After Al moved to Chicago to work for Johnny Torrio, Ralph followed about a year later. The two shared an apartment while they both worked for Torrio in the vice trade. When their father, Gabriel Capone, passed away the rest of the family moved to Chicago in 1923 into a home Al had just purchased. Compared to the home the Capones had left behind in Brooklyn, their new family residence on Prairie Avenue was heaven. It was a sign of having “made it” in America. The home, by Chicago standards, was considered just ordinary, but for the Capones it was ideal. They lived in the home the same way they had lived back in Brooklyn, the same way their ancestors had lived back in Naples, one on top of another. Teresa Capone lived on the top floor of the home. On the first floor, in a suite of rooms in the back, lived Al, with his wife Mae and son, Albert Francis, who was called Sonny. The other brothers came and went living in different rooms in the house. Only Ralph, who at the time was almost 30, lived outside the home.

     After the Torrio gang’s move to Cicero, Ralph took control of the speakeasies and nightclubs there. A problem soon arose in the form of Robert St. John, the editor of the Cicero Tribune. A crusading young man, he tried his best to publicize the mob’s takeover of the town. The Capone gangsters soon tired of the aggressive editor and their first effort to quiet him was to scare the merchants who advertised in his paper into switching to another newspaper. St. John responded with an expose on a Capone brothel. During his undercover investigation, St. John visited the brothel and interviewed a prostitute until four o’clock in the morning. He left the brothel by jumping out a second floor window. The brothel story enraged the citizens of Cicero and a few weeks later a carefully timed fire burned the premises to the ground.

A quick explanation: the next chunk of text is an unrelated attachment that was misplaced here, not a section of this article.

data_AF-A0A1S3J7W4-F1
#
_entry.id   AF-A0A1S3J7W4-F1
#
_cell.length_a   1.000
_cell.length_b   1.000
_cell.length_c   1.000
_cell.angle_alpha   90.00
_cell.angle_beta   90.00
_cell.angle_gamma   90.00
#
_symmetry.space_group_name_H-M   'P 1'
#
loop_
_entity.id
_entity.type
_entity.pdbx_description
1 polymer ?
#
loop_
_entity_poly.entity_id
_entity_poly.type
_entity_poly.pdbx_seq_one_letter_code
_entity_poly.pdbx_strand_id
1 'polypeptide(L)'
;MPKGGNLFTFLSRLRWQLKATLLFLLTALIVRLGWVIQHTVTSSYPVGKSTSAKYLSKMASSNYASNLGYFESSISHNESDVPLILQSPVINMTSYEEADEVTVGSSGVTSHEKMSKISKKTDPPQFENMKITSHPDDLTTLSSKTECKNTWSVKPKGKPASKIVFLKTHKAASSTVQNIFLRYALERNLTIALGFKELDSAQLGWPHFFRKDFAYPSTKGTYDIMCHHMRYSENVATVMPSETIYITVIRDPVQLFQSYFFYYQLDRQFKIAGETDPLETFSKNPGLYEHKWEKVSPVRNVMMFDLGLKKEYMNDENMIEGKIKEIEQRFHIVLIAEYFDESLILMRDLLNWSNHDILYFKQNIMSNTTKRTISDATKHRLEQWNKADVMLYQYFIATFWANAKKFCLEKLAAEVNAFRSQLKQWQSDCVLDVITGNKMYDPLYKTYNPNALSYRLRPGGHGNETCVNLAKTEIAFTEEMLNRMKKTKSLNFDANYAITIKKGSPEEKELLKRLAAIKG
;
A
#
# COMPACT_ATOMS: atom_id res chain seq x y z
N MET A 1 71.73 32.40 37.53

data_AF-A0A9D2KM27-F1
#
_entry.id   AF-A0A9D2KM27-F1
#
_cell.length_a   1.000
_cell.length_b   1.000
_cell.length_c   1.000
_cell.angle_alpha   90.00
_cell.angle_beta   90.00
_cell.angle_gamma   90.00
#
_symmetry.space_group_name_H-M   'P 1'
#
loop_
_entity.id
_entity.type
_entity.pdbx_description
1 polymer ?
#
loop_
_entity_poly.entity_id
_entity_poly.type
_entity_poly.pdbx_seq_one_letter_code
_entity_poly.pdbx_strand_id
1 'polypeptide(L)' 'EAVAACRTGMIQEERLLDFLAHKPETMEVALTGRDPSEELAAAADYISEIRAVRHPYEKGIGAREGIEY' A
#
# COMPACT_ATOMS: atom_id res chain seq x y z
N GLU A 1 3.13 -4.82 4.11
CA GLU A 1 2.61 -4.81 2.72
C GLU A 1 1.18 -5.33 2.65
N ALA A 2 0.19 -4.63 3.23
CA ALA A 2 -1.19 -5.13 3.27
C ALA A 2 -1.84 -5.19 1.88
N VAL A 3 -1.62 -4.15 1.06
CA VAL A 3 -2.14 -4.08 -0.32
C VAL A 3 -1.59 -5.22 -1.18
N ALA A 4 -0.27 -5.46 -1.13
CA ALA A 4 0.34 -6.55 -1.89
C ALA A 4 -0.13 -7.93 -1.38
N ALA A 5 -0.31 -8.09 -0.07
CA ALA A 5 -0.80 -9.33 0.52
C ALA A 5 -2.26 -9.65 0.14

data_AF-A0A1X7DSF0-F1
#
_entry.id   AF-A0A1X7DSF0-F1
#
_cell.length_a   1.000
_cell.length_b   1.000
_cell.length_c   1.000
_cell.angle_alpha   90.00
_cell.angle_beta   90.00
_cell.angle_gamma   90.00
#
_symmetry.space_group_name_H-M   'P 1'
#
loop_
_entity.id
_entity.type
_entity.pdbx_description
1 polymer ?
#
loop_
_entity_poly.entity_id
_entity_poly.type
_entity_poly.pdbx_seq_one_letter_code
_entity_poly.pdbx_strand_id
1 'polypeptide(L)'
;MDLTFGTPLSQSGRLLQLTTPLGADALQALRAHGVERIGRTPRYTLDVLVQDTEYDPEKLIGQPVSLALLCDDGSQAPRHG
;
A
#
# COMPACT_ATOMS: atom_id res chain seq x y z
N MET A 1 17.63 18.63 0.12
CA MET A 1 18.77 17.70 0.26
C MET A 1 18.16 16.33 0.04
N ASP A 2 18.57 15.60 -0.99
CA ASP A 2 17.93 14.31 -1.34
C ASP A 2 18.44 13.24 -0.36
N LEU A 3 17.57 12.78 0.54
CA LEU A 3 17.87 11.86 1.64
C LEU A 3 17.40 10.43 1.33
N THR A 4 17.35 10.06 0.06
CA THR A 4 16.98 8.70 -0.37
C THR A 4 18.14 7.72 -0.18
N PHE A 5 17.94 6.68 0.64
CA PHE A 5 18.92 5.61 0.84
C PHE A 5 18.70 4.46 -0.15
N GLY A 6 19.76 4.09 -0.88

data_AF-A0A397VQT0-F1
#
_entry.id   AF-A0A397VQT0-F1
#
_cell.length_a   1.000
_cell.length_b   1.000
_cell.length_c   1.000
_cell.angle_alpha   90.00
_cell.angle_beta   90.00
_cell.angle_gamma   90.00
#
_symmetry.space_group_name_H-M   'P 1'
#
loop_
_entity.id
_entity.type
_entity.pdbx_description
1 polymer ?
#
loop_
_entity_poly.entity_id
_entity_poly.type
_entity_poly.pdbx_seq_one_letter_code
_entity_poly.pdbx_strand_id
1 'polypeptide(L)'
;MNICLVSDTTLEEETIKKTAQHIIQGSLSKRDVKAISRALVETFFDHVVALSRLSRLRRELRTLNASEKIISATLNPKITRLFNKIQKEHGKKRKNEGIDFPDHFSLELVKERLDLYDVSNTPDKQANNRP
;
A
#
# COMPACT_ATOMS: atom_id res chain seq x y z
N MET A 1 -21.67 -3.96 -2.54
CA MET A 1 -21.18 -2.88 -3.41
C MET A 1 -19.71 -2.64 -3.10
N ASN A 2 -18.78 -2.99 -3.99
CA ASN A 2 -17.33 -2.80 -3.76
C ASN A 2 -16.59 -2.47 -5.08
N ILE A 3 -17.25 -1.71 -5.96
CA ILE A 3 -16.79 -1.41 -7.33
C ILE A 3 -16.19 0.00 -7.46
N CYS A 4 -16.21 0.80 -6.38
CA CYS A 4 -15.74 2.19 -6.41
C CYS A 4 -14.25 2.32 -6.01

Now the Capone gang was enraged. Al sent an associate to see St. John and let him know that he and Ralph “were extremely angry with the Cicero Tribune.” Two days later as St. John was walking to work, Ralph and three others jumped out of an automobile and beat him unmercifully. The attack, directed by Ralph, happened while two Cicero policemen stood by and watched. The only individual who tried to help was the Tribune’s society editor, but her attempts were futile. Later this same day, Capone henchmen kidnapped St. John’s brother who was the editor of a newspaper in nearby Berwyn. After several hours he was taken to a wooded area and left to find his way home.